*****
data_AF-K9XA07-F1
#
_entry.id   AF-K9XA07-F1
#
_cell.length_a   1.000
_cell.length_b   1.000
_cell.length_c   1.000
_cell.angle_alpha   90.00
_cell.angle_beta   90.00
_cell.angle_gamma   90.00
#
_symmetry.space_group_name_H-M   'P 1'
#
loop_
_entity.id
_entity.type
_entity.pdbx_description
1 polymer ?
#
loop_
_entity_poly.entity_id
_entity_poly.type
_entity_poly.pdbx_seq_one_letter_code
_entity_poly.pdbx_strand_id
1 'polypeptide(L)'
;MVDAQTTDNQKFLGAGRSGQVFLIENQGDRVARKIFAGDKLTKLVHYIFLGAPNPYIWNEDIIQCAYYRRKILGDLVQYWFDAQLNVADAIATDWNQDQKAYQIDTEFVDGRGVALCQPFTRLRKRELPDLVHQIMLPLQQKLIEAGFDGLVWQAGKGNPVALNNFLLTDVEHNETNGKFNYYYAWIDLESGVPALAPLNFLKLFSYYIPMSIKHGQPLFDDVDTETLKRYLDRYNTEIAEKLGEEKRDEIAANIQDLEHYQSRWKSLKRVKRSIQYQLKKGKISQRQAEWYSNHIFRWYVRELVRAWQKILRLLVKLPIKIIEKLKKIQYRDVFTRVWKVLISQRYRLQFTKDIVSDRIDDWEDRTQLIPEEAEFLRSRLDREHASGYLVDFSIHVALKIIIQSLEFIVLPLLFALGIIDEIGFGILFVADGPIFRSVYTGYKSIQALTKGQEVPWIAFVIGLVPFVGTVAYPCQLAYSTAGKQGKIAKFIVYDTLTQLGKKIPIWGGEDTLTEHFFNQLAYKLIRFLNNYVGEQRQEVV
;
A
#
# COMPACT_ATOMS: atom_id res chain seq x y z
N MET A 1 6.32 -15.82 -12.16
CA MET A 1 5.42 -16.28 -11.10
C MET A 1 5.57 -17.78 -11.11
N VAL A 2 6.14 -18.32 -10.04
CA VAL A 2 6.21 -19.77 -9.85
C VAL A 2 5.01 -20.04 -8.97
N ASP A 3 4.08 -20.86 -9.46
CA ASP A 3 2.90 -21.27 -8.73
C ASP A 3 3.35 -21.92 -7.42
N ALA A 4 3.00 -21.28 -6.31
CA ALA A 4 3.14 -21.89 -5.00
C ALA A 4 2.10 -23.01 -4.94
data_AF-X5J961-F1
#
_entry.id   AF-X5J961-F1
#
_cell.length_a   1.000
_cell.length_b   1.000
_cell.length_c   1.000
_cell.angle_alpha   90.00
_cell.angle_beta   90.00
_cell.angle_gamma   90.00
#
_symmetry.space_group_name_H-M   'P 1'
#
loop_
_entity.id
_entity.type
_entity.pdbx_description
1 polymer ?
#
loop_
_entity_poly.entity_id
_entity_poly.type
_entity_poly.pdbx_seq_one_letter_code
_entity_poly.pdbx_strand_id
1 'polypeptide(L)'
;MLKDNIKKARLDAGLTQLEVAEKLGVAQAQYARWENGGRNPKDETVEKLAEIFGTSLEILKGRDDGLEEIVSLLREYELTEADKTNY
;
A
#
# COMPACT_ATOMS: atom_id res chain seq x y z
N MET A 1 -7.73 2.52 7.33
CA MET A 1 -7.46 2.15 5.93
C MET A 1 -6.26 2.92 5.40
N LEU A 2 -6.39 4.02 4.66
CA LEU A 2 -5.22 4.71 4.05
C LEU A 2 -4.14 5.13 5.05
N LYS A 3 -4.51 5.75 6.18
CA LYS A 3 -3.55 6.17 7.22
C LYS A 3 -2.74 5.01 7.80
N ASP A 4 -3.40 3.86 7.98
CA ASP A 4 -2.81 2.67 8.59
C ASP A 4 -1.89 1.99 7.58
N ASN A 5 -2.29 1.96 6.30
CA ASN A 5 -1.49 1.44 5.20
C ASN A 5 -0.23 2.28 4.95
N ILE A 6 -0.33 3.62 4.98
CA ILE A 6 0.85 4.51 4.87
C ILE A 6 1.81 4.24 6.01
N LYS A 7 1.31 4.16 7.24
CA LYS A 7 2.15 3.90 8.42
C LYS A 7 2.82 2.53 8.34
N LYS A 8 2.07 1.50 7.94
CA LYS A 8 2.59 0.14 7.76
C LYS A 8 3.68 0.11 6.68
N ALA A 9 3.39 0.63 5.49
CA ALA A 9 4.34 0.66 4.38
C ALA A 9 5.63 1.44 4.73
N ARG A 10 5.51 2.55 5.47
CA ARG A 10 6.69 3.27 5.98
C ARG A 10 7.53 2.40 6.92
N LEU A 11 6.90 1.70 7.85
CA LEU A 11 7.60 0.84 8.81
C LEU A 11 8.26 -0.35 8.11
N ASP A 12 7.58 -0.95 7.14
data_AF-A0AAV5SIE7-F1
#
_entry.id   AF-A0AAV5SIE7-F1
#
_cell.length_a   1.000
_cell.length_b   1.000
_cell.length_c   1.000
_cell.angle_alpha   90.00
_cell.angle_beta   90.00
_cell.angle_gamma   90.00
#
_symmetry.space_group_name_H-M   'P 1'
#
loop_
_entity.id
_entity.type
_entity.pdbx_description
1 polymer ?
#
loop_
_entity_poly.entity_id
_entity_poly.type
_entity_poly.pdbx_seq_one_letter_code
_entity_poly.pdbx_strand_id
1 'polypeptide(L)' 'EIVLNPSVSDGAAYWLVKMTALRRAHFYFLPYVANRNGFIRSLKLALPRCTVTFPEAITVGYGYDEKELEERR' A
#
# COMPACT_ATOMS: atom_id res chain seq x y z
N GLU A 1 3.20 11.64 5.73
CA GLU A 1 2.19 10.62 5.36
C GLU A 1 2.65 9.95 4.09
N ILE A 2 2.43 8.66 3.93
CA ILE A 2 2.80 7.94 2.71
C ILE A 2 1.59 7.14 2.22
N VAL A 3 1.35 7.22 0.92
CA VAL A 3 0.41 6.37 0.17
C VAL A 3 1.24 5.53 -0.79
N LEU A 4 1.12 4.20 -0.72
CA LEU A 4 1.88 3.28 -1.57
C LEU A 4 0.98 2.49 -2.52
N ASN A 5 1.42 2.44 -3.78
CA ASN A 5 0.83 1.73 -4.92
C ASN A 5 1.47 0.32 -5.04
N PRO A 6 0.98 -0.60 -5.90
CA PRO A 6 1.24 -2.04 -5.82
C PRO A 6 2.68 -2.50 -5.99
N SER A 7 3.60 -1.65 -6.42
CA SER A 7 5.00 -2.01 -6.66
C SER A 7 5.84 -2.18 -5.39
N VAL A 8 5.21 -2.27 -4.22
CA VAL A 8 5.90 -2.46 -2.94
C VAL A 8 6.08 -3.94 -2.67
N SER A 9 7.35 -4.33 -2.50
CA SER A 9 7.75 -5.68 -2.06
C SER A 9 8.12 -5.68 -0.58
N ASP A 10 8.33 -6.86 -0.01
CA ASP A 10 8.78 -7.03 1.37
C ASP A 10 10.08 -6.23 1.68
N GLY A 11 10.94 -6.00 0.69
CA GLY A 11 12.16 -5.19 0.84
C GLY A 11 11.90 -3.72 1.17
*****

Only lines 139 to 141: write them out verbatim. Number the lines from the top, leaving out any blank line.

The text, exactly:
C ILE A 2 1.59 7.14 2.22
N VAL A 3 1.35 7.22 0.92
CA VAL A 3 0.41 6.37 0.17